Election Revives Recreational Pot Initiatives In New Mexico - By Morgan Lee, Associated Press
State legislators are rekindling efforts to open New Mexico to recreational marijuana production and sales, with an emphasis on economic opportunity amidst the turmoil of the coronavirus pandemic.
State Rep. Javier Martinez told a panel of lawmakers Tuesday that he will again introduce legislation to regulate and tax recreational marijuana, hewing closely to a proposal that won House approval earlier this year and died in the Senate without a floor vote.
Elections this year ousted several conservative-leaning Democratic Senators who opposed past legalization efforts.
Democratic Gov. Michelle Lujan Grisham last week reiterated her support for recreational marijuana as an opportunity to expand and diversify the economy.
Across the country, public support for marijuana reforms was on prominent display in the Nov. 3 election as four states — New Jersey, South Dakota, Montana and neighboring Arizona — approved ballot measures to open up recreational cannabis markets. Mississippi approved the creation of a medical marijuana program.
New Mexico doesn't initiate legislation by ballot measures, though constitutional amendments are approved by referendum.
Martinez said his new bill will aim to safeguard the state's 13-year-old medical marijuana program from disruptions, levying taxes of up to 20% on sales and create business opportunities for minority and low-income communities adversely affected by the drug war and criminalization of marijuana. The bill has not yet been published.
Santa Fe Schools End In-Person Learning Experiment - By Cedar Attanasio Associated Press / Report For America, Santa Fe New Mexican
After three weeks of trying to make in-person learning work, Santa Fe Public Schools are calling it quits.
With the city posting its own record numbers of COVID-19 cases and hospital beds filling up, Superintendent Veronica García says it is time to pump the brakes.
Around 200 elementary school students had been allowed in-person learning thanks to 58 school teachers and other staff who volunteered to teach. Starting Nov. 20, the district will return to remote-only classes.
The announcement comes as the state sets records for COVID-19 cases amid dwindling space in hospitals, school districts are suing the state over the coronavirus health order, and students are failing classes at much higher rates.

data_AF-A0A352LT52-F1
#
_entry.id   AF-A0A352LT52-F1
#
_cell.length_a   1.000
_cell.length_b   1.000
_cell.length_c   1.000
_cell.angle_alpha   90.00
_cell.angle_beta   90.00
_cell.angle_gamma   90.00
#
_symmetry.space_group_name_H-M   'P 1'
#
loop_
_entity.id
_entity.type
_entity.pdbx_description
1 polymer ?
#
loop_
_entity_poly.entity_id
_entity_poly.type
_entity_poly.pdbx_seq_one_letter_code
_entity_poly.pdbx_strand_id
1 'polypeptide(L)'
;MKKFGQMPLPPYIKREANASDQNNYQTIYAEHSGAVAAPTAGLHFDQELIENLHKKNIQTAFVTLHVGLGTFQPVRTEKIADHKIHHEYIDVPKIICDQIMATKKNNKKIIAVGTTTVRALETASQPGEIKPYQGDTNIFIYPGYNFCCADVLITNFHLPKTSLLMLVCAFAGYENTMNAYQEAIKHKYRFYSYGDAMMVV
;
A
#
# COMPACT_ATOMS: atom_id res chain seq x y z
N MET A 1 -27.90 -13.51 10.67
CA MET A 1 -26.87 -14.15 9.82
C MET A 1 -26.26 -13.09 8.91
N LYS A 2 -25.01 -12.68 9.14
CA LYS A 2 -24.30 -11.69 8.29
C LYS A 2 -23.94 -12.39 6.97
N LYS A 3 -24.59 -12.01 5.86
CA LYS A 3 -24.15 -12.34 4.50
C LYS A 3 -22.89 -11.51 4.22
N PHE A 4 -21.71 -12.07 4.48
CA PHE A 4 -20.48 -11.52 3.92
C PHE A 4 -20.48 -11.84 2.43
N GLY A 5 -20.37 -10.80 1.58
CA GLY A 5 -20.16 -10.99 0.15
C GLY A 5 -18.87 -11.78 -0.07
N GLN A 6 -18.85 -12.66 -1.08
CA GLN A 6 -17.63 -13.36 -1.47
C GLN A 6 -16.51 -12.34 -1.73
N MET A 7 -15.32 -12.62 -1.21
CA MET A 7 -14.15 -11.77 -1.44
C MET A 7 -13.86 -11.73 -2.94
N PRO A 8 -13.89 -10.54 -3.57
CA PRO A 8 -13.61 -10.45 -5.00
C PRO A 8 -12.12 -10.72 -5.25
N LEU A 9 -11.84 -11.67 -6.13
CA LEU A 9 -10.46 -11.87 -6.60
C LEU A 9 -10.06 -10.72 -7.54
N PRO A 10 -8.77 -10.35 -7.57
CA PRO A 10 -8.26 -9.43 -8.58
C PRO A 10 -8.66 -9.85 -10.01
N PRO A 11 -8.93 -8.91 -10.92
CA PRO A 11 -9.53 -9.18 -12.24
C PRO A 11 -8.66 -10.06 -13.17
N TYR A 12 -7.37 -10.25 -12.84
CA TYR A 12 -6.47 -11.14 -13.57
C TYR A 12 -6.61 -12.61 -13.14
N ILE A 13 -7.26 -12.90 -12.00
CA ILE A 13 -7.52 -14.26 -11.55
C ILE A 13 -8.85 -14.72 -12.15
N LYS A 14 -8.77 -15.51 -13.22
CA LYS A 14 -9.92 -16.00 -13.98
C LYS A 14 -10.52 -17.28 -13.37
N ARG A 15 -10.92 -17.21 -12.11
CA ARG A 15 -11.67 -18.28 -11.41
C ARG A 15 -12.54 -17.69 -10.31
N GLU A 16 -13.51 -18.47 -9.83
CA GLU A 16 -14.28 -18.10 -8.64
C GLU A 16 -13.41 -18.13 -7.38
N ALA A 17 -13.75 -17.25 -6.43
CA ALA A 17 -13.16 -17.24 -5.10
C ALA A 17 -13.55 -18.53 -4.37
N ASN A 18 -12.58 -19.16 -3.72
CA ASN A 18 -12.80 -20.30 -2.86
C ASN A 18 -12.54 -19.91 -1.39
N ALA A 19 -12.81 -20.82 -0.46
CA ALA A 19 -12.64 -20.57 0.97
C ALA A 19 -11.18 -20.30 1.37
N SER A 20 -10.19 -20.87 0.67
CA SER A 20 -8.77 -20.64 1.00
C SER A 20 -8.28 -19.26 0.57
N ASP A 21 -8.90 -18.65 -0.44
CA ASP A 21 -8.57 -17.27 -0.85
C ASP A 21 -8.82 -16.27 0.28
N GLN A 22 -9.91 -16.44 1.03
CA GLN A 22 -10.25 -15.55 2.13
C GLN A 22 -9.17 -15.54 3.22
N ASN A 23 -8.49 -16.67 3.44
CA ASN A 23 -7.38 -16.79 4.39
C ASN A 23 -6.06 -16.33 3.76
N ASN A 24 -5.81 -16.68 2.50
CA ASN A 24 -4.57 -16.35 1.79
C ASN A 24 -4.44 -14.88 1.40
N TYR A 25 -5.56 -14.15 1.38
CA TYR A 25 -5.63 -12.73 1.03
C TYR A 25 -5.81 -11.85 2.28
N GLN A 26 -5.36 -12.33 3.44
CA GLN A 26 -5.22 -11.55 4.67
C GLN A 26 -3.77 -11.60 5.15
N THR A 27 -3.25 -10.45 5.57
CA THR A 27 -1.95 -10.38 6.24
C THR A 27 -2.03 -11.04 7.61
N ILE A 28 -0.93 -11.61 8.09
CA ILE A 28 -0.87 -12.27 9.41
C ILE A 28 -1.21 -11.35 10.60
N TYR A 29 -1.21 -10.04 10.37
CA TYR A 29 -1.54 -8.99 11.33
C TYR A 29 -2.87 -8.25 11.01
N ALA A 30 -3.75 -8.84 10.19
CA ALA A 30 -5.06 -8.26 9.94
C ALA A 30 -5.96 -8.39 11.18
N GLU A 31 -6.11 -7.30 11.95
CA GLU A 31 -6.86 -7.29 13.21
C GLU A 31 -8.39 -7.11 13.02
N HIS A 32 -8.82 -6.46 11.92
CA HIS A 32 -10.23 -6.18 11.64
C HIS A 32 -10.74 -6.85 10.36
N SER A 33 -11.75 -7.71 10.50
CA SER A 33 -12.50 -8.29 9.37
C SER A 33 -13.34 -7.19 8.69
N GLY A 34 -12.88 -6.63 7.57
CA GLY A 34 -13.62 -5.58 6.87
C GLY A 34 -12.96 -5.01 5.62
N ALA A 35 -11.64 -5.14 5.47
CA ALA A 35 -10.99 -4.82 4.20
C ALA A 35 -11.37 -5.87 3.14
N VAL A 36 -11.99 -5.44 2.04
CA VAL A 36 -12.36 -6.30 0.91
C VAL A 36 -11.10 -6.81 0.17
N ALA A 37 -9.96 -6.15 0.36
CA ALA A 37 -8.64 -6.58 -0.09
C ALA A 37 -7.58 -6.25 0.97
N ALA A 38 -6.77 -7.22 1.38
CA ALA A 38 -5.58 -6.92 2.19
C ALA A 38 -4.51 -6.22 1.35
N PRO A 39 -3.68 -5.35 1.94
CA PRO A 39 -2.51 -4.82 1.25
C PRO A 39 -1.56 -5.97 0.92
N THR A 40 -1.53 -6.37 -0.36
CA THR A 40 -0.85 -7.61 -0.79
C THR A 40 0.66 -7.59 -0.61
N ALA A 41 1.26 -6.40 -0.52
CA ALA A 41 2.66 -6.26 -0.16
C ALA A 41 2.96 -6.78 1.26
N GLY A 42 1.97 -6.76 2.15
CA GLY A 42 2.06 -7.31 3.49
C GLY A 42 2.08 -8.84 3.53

Half of Santa Fe's public high and middle school students had at least one failing grade, with rates at more than 60% for freshmen and sophomores and close to 40% among middle-school students.
Around the state, the percentage is as high as 80%.
The problem also affects younger kids. The Santa Fe New Mexican reports the number of Santa Fe Public School students in grades 3 through 12 failing at least one class has increased 15% over last year, according to the.
New Mexico College Athletes Issue Plea To Practice, Play – Associated Press
Athletes from five New Mexico universities are asking Gov. Michelle Lujan Grisham for more flexibility that would allow them to hold full practices and play like their counterparts at most colleges in other states.
They issued their formal plea to the Democratic governor in a letter sent Monday, as the state marked another daily high for confirmed COVID-19 cases.
The letter says positivity rates in the community are not indicative of the caseloads being seen among athletes. They say that shows they've been adhering to safe protocols.
The governor is expected this week to impose tougher public health mandates.
The state only allows college sports teams to hold practice, compete or travel if the universities are in counties with a 14-day average daily case count of less than eight per 100,000 and a test positivity rate under 5%.
None meet the requirements right now and state officials said Tuesday that while athletes want to get back to the field, court or track, public health needs to be the top priority.
State health officials on Tuesday reported an additional 1,266 COVID-19 cases, bringing the statewide total to nearly 57,550 since the pandemic began.
Another 14 deaths also were reported, bringing that tally to 1,144. More than 420 people remained hospitalized.
Navajo Nation Reports 79 New COVID-19 Cases And 1 More Death - Associated Press
Navajo Nation health officials on Tuesday reported 79 new confirmed cases of COVID-19 and one additional death.
The latest figures bring the total number of known cases to 12,720 with 595 known deaths. Tribal health officials say 133,733 people have been tested for COVID-19 since the pandemic started and 7,802 have recovered.
The Navajo Nation Department of Health previously issued a health advisory warning to residents about the uncontrolled spread of the coronavirus that has affected 29 communities throughout the reservation.
A daily curfew from 9 p.m. to 5 a.m. also remains in effect on the Navajo Nation.
Police Say Man Livestreamed Part Of Fatal New Mexico Shooting – Associated Press
Authorities in New Mexico have arrested a man after police say he fatally shot two people and streamed part of the assault on Facebook.
New Mexico State Police said in a statement Monday that 23-year-old Alejandro Alirez of Las Vegas was arrested Sunday on multiple charges including first-degree murder.
Police said his 33-year-old girlfriend Cristal Cervantes and her 89-year-old grandfather Victor Cervantes died at the scene. San Miguel County Sheriff's deputies originally responded after being called by Alirez's mother.
Alirez allegedly told officers he believed he was being molested in his sleep. Online court records didn't list an attorney for Alirez who could comment on his behalf.